Structure/activity Relationship of Thapsigargin Inhibition on the Purified Golgi/secretory Pathway Ca2+/Mn2+-Transport ATPase (SPCA1a)
Research output: Contribution to journal › Journal article › peer-review
The Golgi/secretory pathway Ca2+/Mn2+ transport ATPase (SPCA1a) is implicated in breast cancer and Hailey-Hailey disease. Here, we purified recombinant human SPCA1a from Saccharomyces cerevisiae and measured Ca2+ dependent ATPase activity following reconstitution in proteoliposomes. The purified SPCA1a displays a higher apparent Ca2+ affinity and lower maximal turnover rate than the purified sarco(endo)plasmic reticulum Ca2+ ATPase (SERCA1a). The lipids cholesteryl hemisuccinate, linole-/oleamide and phosphatidyl ethanolamine inhibit, whereas phosphatidic acid and sphingomyelin enhance SPCA1a activity. Moreover, SPCA1a is blocked by μM concentrations of commonly used SERCA1a inhibitors thapsigargin (Tg), cyclopiazonic acid (CPA) and 2,5-di-tert-butyl hydroquinone (BHQ). Since tissue-specific targeting of SERCA2b by Tg analogues is considered for prostate cancer therapy, the inhibition of SPCA1a by Tg might represent an off-target risk. We assessed the structure-activity relationship (SAR) of Tg for SPCA1a by in silico modeling, site-directed mutagenesis, and by measuring the potency of a series of Tg analogues. These indicate that Tg and the analogues are bound via the Tg scaffold, but with lower affinity to the same homologous cavity as on the membrane surface of SERCA1a. The lower Tg affinity may depend on a more flexible binding cavity in SPCA1a, with low contributions of the Tg O-3, O-8 and O-10 chains to the binding energy. Conversely, the protein interaction of the Tg O-2 side chain with SPCA1a appears comparable with that of SERCA1a. These differences define a SAR of Tg for SPCA1a distinct from that of SERCA1a, indicating that Tg analogues with a higher specificity for SPCA1a can probably be developed.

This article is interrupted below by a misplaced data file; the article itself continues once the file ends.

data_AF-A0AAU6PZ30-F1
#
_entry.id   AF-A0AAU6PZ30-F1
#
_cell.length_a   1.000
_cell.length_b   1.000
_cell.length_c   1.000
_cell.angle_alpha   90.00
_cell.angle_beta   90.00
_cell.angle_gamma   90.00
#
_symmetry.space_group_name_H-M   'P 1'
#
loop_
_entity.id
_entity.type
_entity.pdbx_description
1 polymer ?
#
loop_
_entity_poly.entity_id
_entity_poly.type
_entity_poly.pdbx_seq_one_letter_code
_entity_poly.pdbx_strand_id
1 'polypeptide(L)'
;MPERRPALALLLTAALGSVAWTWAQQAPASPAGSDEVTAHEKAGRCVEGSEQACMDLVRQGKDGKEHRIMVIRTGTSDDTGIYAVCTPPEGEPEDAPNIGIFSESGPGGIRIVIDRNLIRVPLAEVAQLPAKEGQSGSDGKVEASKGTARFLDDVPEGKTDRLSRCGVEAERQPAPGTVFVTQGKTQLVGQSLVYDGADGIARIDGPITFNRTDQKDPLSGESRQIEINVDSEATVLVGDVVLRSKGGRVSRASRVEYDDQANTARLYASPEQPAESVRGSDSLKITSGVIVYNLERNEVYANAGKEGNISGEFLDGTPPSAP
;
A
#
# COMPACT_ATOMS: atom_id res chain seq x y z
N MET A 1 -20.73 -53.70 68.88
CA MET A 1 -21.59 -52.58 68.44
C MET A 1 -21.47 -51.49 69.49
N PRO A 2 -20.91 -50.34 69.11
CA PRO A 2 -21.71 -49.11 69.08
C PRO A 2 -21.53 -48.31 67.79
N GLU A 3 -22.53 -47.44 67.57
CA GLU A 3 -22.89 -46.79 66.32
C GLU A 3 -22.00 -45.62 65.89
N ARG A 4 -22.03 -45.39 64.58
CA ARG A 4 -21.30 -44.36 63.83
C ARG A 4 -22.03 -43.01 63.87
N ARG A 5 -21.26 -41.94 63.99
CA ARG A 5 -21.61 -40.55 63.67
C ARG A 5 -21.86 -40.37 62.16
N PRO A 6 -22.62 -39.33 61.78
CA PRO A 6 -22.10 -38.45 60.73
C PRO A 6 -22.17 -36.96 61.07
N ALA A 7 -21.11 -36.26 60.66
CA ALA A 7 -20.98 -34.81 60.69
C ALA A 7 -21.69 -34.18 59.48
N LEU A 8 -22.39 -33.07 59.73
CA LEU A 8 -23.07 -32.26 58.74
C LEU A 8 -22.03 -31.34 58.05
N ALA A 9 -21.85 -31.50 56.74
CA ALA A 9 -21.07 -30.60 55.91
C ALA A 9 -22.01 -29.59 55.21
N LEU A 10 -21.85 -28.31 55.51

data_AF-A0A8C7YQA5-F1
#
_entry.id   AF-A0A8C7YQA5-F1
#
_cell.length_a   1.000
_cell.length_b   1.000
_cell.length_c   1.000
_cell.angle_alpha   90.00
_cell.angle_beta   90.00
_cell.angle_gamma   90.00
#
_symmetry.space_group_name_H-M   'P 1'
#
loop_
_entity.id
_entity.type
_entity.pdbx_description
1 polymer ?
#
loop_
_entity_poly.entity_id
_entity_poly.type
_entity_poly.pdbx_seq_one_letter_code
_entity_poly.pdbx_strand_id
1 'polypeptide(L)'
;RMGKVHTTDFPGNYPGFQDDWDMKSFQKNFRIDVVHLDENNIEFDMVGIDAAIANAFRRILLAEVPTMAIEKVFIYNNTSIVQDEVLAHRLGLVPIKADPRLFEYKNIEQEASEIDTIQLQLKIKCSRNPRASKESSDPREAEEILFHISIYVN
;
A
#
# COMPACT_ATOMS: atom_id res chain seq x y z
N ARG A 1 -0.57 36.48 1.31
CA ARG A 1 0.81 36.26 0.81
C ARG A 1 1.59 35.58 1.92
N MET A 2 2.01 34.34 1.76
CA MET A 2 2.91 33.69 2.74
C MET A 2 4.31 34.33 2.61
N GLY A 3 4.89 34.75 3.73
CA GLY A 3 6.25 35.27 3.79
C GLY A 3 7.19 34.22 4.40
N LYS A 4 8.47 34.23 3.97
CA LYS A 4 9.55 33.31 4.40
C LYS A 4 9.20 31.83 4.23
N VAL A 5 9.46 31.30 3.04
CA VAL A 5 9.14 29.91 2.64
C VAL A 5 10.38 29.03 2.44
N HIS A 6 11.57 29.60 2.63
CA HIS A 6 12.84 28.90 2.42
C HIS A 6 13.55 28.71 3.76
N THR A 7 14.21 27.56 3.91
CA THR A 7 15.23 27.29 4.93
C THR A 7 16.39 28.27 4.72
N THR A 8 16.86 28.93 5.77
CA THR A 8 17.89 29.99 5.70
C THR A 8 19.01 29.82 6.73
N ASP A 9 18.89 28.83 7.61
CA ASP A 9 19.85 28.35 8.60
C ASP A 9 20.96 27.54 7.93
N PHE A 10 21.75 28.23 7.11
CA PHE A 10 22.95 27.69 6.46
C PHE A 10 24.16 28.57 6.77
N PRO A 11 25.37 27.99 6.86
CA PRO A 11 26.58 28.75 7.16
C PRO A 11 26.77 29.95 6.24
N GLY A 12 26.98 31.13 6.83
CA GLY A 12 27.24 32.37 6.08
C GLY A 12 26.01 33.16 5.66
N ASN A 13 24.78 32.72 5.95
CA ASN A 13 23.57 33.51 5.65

|Journal||Journal of Biological Chemistry|
|Number of pages||14|
|Publication status||Published - 2017|
- Former Faculty of Pharmaceutical Sciences
Final published version